Posts Tagged ‘justice’

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Financial Times uncovers anticapitalist mood

January 26, 2010

Opinon poll, Financial Times yesterday:

Three in four people want the government to go further in its crackdown on bankers’ pay and impose a cap on salaries, according to the results of the latest Financial Times/Harris poll.

Almost four in five said they agreed with the supertax on bankers’ bonuses announced by Alistair Darling, the chancellor, last month. But three-quarters of those polled said there should be an additional ceiling on pay.

Perhaps no great surprises, there. Investment bankers rank somewhere around bubonic plague and anthrax in the public’s affections at present. And it’s good to see such widespread aversion to fat corporate paycheques. Making a few pips squeak in a few bloated lemons with a new, higher rate of income tax would be both fair, and popular.

It’s the result the FT doesn’t comment on that is most interesting, however. From the graphic, thirteen per cent don’t just blame bankers for the crisis – the ‘economic system as a whole’ is at fault. That’s nearly six million voters nationally.

That doesn’t mean they’re all about to rush into the Left’s arms – blaming the ‘economic system as a whole’ is open to wide interpretation, left or right. But it does mean that an extraordinarily large number of people are open to the sort of system-wide critique an organised, effective Left can provide.

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Tony von Hayek and Gordon Friedman

July 15, 2009

Potlatch on New Labour’s sterling defence of inequality:

It’s clear in the political writings of Hayek and Milton Friedman that economic inequality is the guarantor of social and political difference. Far from the state being tasked with reducing it, the state has an obligation to defend and construct the mechanisms which produce it.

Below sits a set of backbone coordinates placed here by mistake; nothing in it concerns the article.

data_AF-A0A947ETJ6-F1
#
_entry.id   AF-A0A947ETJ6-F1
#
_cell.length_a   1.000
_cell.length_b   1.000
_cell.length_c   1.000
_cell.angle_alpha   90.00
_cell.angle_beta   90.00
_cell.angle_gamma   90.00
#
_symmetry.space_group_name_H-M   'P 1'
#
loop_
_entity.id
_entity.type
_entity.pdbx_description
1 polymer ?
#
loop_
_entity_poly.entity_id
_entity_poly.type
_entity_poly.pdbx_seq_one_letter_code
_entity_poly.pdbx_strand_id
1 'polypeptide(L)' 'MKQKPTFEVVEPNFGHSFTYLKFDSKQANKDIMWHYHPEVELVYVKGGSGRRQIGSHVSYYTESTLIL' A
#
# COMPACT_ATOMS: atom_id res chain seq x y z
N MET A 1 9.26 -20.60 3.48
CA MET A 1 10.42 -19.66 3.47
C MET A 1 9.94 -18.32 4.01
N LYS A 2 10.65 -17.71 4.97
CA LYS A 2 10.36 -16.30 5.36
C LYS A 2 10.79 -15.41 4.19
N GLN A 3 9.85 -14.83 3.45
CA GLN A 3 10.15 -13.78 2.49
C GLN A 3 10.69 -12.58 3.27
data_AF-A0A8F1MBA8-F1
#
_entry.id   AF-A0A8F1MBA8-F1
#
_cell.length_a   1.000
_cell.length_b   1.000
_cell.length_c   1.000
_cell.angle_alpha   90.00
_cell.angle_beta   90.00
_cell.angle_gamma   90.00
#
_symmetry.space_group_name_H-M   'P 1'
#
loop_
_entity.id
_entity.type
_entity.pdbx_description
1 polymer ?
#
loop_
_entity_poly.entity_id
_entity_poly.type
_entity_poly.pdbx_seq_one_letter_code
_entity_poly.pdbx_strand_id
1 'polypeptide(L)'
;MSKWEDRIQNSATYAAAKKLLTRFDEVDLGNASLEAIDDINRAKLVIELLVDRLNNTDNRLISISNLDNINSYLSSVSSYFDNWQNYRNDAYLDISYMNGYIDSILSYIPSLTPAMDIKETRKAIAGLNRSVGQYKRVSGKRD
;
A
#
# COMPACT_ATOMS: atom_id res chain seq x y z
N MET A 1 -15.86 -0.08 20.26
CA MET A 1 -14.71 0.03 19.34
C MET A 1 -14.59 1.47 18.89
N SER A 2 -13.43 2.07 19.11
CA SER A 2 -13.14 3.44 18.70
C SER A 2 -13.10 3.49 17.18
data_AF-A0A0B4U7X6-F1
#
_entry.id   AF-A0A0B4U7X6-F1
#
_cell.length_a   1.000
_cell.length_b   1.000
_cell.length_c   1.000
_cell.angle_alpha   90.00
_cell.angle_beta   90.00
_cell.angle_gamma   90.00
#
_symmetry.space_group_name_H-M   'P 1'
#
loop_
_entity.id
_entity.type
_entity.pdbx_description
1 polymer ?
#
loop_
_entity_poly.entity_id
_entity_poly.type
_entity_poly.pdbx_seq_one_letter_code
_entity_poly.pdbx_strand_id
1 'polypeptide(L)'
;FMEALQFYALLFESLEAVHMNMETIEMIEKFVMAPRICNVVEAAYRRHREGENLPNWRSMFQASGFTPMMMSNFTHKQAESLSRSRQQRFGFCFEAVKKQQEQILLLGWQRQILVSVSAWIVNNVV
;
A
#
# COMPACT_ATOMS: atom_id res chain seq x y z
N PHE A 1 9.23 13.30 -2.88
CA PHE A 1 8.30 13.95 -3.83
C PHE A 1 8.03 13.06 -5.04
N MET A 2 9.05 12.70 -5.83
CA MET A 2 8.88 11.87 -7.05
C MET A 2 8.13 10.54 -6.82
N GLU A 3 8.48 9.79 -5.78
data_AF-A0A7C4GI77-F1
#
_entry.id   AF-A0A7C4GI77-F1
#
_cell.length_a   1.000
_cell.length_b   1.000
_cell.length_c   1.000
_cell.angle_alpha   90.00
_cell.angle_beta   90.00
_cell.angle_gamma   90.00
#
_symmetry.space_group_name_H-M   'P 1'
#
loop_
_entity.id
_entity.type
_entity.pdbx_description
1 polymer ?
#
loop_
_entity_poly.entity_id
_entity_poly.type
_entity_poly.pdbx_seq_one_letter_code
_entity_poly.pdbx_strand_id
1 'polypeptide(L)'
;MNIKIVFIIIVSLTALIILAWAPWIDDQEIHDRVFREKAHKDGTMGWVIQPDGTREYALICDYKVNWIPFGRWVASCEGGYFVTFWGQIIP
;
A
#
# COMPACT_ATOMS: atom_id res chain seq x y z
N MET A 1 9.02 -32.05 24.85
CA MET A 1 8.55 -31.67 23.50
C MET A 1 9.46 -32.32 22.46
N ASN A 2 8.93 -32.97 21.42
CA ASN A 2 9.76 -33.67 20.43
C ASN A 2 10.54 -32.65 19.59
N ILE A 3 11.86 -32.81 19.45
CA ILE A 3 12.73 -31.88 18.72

It is without any sarcasm that New Labour ought to be recognised for its achievements in this regard. It has defended free markets, competition in education, the valorisation of sporting achievement, the optimisation of London relative to the rest of the UK, and so on. Forget the filthy rich or David Beckham for a moment. New Labour has done an excellent job in defending the legacy of Hayek and Friedman, who at least had the self-awareness and courage to say what they believed in. Either we live in a society where the wheat is distinct from the chaff, or we live in one of potential tyranny; that was the original neo-liberal claim.

It’s interesting to speculate that New Labour was a far more able defender of the neoliberal project than the Tories ever could be. They were able to do something that Thatcher and Major never did: persuade large numbers of people that, even if they did not like free markets, the worship of the rich, and inequality on a spectacular scale, there was little fundamental that could be done about it. This bitter pill could be sweetened a little by making some efforts at reducing poverty – hardly a radical anti-neoliberal claim, given (for example) Milton Friedman’s own support for a minimum income guarrantee.

And New Labour have (or perhaps had) their own little claque of cheerleaders and defenders who convinced themselves that the existence of free markets could be squared with the existence of social justice, conventionally defined.

New Labour’s crisis is so deep precisely because it has now dramatically and visibly failed on both halves of that equation: it can neither defend free markets effectively, nor can it deliver justice.